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Letters to the Editor: L.A.’s fundamental traffic safety problem? Road users hate each other

A street crossing in Montclair.
A new law in California allows pedestrians to cross the street outside crosswalks without receiving a ticket. Above, a street crossing in Montclair.
(Irfan Khan / Los Angeles Times)
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To the editor: There are two missing parts to the kind of traffic partnerships that would make roads in Los Angeles safer for pedestrians — respect and responsibility. (“L.A. invented jaywalking tickets to serve cars. It’s time to give streets back to walkers,” Opinion, Oct. 9)

Having just witnessed heavy traffic in Paris, I noticed that pedestrians there don’t cross the street while using their phones. Car drivers allow buses room to switch lanes, and cyclists, motorcyclists and scooter riders all mix in with car traffic, so there is no temptation to speed or give the finger to a fellow traveler.

This arrangement seems to foster respect and responsible road behavior, which is sorely lacking in Los Angeles. Here, everyone seems to be in a huge hurry and has no regard for anyone using a different mode of transportation.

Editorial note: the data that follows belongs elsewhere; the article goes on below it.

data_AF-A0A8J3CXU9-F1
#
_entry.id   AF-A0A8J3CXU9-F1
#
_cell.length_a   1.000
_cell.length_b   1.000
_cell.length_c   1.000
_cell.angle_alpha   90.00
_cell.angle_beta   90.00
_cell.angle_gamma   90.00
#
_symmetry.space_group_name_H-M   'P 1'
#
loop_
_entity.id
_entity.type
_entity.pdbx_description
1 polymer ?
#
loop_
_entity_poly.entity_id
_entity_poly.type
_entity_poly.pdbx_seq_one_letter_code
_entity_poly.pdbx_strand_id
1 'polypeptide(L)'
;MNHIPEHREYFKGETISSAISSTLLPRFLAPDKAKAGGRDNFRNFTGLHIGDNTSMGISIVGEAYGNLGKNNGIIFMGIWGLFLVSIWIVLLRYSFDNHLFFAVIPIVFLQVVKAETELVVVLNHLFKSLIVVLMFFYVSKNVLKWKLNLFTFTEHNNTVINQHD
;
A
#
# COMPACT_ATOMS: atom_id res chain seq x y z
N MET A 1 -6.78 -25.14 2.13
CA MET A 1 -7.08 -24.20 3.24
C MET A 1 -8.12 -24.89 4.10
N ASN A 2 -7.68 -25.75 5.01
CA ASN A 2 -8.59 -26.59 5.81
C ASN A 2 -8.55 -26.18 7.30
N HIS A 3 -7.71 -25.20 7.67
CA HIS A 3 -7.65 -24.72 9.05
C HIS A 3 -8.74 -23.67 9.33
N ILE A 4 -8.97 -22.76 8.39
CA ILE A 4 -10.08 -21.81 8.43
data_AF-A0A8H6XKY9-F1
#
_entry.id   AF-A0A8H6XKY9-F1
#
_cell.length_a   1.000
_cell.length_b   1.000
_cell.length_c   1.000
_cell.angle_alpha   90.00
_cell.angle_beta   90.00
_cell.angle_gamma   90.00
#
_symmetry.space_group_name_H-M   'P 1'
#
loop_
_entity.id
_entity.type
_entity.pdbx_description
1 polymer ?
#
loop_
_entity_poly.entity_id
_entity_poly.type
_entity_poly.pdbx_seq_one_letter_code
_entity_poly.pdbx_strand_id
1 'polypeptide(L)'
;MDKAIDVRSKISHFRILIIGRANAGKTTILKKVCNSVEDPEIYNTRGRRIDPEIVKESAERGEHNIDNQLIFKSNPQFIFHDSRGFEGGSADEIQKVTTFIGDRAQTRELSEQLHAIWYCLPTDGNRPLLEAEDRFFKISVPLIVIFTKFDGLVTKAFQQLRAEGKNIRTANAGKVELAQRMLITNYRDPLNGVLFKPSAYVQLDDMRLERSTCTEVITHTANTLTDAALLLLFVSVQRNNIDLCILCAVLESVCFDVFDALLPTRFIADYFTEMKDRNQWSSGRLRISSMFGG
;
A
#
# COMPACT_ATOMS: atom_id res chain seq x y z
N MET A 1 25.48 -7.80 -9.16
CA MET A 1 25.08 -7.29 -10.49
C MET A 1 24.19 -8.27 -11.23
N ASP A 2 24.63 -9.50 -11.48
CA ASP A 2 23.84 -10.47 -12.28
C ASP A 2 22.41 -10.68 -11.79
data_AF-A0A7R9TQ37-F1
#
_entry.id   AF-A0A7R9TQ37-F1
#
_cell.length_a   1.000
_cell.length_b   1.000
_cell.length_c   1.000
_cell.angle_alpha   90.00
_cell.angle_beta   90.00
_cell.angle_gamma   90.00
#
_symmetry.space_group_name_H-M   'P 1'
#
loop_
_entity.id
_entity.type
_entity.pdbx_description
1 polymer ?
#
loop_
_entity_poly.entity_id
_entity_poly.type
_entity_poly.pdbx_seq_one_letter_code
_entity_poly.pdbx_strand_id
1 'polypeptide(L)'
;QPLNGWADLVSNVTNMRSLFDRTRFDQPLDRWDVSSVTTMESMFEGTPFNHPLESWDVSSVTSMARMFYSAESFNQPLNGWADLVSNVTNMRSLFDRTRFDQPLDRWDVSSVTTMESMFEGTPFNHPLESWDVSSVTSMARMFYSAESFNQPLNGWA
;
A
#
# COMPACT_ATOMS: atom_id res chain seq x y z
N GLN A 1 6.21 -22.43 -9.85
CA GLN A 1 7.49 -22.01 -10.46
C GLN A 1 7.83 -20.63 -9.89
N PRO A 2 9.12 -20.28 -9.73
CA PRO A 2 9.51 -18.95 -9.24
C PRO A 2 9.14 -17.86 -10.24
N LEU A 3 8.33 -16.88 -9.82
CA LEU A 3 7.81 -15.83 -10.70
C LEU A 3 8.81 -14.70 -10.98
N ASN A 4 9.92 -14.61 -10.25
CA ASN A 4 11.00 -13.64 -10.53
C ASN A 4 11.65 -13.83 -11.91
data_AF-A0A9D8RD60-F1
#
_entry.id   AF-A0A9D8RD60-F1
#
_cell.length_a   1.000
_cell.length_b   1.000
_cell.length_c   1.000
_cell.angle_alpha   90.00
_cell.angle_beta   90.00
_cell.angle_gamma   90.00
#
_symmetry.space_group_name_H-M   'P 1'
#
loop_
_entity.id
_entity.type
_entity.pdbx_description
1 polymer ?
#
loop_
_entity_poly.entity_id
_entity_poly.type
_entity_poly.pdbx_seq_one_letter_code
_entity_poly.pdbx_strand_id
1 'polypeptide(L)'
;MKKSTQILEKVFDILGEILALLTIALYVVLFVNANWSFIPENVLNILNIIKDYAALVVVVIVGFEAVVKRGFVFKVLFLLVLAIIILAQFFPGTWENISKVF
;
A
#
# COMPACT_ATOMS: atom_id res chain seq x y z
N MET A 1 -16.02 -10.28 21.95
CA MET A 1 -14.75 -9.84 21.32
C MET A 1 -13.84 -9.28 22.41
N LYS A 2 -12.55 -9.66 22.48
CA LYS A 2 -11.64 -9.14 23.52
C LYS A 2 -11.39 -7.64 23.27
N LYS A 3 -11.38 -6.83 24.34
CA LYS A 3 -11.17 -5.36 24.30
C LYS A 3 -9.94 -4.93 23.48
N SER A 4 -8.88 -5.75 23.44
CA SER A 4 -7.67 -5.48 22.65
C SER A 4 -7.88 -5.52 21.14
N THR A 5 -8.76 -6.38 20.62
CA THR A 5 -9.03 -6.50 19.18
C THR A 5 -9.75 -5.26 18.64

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L.A. could take a lesson from other cities on sharing their roads, which we don’t do well.

Nancy Freedman, Los Angeles

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To the editor: Walking in Los Angeles, one cannot but notice that it is not a pedestrian-friendly city.

Compared with the walking experience in Washington, the thing I noticed immediately was the length of time it takes for the traffic lights to change. In the District of Columbia, it’s much shorter. Waiting a long time for a “walk” signal makes it unpleasant to walk; with a short signal, you get to your destination faster, and you have a nicer experience.

Perhaps we can have more streets set up that way in Los Angeles.

Joel Goodman, Los Angeles

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To the editor: Being nostalgic for extremely congested, nonsegregated streets with respect to traffic does not justify the legalization of jaywalking.

Instead of making streets safer for drivers and people alike, California’s new law allowing pedestrians to jaywalk in certain situations will just encourage them to be more careless.

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Stewart Chesler, Granada Hills

The writer is a transportation planner.

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